Charles Schwab Challenge

Colonial Country Club



March 21, 2010

To the avid golfer, the introduction of a new driver is like the unveiling of a new Apple product: cloaked in mystery and full of anticipation. That's because no club in golf changes as quickly or as drastically as the driver. For some manufacturers, driver product cycles are as short as six months, and for most, drivers get the bulk of the company's R&D financing.

The rapid advances in this category usually make the driver the most obsolete club in the average golfer's bag. Think you're up to date because you play with a decent-size titanium driver with a graphite shaft? Think again. If it was made before 2005, retire it. In fact, even if you consider your 2008 TaylorMade r7 CGB Max the latest and greatest, you need to reassess. Since you bought it, TaylorMade has released six new drivers, all with more optimally shaped clubheads, thinner walls and better custom-fitting options.

Our Hot List debuted in 2004. Since then, several technological milestones have occurred: maximum trampoline effect, optimal clubhead volume, higher moment of inertia, adjustability. They all bring us to the same conclusion: If your big stick isn't more or less brand new, you're not helping yourself.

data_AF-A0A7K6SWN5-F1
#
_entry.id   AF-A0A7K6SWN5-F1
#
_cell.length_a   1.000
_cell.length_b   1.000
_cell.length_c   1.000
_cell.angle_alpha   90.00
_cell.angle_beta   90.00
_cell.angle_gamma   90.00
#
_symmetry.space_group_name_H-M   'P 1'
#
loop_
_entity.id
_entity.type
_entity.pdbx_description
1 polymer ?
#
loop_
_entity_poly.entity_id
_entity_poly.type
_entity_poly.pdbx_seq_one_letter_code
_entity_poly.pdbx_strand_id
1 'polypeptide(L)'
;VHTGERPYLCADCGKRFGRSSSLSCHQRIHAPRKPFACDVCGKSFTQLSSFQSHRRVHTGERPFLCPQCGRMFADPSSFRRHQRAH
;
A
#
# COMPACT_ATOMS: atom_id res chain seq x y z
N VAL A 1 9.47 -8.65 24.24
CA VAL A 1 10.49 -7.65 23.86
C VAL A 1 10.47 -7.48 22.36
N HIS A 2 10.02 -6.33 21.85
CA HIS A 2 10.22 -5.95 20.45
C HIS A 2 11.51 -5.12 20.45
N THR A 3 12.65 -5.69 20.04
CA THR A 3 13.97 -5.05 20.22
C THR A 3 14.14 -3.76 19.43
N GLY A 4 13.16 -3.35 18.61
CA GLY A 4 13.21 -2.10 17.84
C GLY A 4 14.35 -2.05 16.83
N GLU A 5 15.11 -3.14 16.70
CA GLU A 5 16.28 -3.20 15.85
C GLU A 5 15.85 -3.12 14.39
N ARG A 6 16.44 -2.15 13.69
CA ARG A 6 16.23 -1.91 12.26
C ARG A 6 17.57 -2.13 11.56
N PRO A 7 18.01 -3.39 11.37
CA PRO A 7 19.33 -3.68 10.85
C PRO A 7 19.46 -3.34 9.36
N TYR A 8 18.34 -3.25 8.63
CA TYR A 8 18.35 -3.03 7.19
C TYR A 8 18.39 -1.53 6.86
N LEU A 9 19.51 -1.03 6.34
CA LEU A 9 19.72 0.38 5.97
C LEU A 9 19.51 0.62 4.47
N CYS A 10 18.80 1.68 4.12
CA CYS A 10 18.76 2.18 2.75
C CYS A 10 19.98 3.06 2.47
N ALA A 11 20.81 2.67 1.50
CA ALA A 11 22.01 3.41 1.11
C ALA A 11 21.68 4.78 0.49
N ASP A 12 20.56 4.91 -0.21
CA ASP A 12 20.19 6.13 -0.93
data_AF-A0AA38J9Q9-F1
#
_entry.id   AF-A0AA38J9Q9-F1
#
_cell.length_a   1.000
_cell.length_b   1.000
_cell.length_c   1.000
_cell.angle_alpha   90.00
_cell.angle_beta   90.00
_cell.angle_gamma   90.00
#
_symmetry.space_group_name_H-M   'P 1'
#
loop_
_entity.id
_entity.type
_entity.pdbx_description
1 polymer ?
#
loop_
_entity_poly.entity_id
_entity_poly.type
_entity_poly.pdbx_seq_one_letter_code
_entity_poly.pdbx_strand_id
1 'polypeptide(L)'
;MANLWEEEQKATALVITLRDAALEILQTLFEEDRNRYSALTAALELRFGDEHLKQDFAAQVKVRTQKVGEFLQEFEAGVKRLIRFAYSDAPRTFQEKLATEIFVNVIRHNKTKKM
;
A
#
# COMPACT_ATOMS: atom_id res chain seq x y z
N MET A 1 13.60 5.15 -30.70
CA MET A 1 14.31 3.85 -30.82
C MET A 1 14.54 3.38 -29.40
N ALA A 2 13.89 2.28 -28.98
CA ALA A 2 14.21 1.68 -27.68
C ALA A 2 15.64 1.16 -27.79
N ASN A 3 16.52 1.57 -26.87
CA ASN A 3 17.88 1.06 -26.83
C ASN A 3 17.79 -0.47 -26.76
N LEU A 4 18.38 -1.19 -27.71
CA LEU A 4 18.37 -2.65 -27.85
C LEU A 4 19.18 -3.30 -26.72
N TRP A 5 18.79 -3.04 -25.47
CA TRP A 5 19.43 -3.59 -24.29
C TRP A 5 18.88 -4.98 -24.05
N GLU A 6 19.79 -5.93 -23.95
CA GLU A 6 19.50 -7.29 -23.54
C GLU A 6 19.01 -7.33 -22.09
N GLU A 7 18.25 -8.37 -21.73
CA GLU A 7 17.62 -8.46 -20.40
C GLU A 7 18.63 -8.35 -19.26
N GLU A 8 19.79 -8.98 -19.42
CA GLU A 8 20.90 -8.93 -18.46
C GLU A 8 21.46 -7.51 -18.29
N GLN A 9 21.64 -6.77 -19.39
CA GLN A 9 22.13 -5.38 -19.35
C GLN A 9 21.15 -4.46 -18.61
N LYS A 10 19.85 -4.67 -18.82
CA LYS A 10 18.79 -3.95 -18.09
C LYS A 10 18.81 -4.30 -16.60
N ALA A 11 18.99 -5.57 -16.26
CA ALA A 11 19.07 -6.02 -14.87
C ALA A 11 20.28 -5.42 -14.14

There are grades of obsolescence. Our four judges, after consulting with members of our academic and retail panel to help determine what keeps a club relevant, assigned a level of "life remaining" to each club. None of the battery icons is completely full. Only current products might achieve that. Three-quarters full, and you're still OK. Half full means it's time to at least start looking. One-quarter full, and you'd better be buying. The red light on? Don't play with these again. Ever.